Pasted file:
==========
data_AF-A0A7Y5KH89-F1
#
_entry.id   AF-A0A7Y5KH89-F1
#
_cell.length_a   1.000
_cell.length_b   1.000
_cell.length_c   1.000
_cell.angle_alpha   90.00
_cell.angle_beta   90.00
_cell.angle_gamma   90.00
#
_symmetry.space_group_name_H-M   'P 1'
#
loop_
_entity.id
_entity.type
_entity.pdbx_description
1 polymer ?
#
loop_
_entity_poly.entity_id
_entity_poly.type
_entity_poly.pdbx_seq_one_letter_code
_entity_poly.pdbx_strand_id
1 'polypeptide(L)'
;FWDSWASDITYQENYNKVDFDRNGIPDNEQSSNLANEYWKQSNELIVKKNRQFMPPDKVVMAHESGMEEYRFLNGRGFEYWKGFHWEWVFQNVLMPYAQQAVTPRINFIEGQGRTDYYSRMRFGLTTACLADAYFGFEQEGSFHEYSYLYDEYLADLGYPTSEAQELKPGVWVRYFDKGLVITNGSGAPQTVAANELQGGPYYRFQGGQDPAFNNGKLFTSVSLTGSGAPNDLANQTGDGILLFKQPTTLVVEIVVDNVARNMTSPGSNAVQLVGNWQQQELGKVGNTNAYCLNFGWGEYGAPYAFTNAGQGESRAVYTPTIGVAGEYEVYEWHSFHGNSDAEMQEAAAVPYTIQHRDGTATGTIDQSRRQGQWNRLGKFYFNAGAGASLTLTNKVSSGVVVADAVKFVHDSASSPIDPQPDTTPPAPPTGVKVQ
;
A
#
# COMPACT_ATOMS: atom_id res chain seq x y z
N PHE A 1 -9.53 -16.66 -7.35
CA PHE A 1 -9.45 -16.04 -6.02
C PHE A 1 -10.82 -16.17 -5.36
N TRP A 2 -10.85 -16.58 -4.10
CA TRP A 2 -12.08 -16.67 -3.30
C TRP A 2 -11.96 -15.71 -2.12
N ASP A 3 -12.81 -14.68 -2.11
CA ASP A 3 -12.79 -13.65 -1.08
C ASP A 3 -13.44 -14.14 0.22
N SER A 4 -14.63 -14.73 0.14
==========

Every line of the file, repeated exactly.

data_AF-A0A7Y5KH89-F1
#
_entry.id   AF-A0A7Y5KH89-F1
#
_cell.length_a   1.000
_cell.length_b   1.000
_cell.length_c   1.000
_cell.angle_alpha   90.00
_cell.angle_beta   90.00
_cell.angle_gamma   90.00
#
_symmetry.space_group_name_H-M   'P 1'
#
loop_
_entity.id
_entity.type
_entity.pdbx_description
1 polymer ?
#
loop_
_entity_poly.entity_id
_entity_poly.type
_entity_poly.pdbx_seq_one_letter_code
_entity_poly.pdbx_strand_id
1 'polypeptide(L)'
;FWDSWASDITYQENYNKVDFDRNGIPDNEQSSNLANEYWKQSNELIVKKNRQFMPPDKVVMAHESGMEEYRFLNGRGFEYWKGFHWEWVFQNVLMPYAQQAVTPRINFIEGQGRTDYYSRMRFGLTTACLADAYFGFEQEGSFHEYSYLYDEYLADLGYPTSEAQELKPGVWVRYFDKGLVITNGSGAPQTVAANELQGGPYYRFQGGQDPAFNNGKLFTSVSLTGSGAPNDLANQTGDGILLFKQPTTLVVEIVVDNVARNMTSPGSNAVQLVGNWQQQELGKVGNTNAYCLNFGWGEYGAPYAFTNAGQGESRAVYTPTIGVAGEYEVYEWHSFHGNSDAEMQEAAAVPYTIQHRDGTATGTIDQSRRQGQWNRLGKFYFNAGAGASLTLTNKVSSGVVVADAVKFVHDSASSPIDPQPDTTPPAPPTGVKVQ
;
A
#
# COMPACT_ATOMS: atom_id res chain seq x y z
N PHE A 1 -9.53 -16.66 -7.35
CA PHE A 1 -9.45 -16.04 -6.02
C PHE A 1 -10.82 -16.17 -5.36
N TRP A 2 -10.85 -16.58 -4.10
CA TRP A 2 -12.08 -16.67 -3.30
C TRP A 2 -11.96 -15.71 -2.12
N ASP A 3 -12.81 -14.68 -2.11
CA ASP A 3 -12.79 -13.65 -1.08
C ASP A 3 -13.44 -14.14 0.22
N SER A 4 -14.63 -14.73 0.14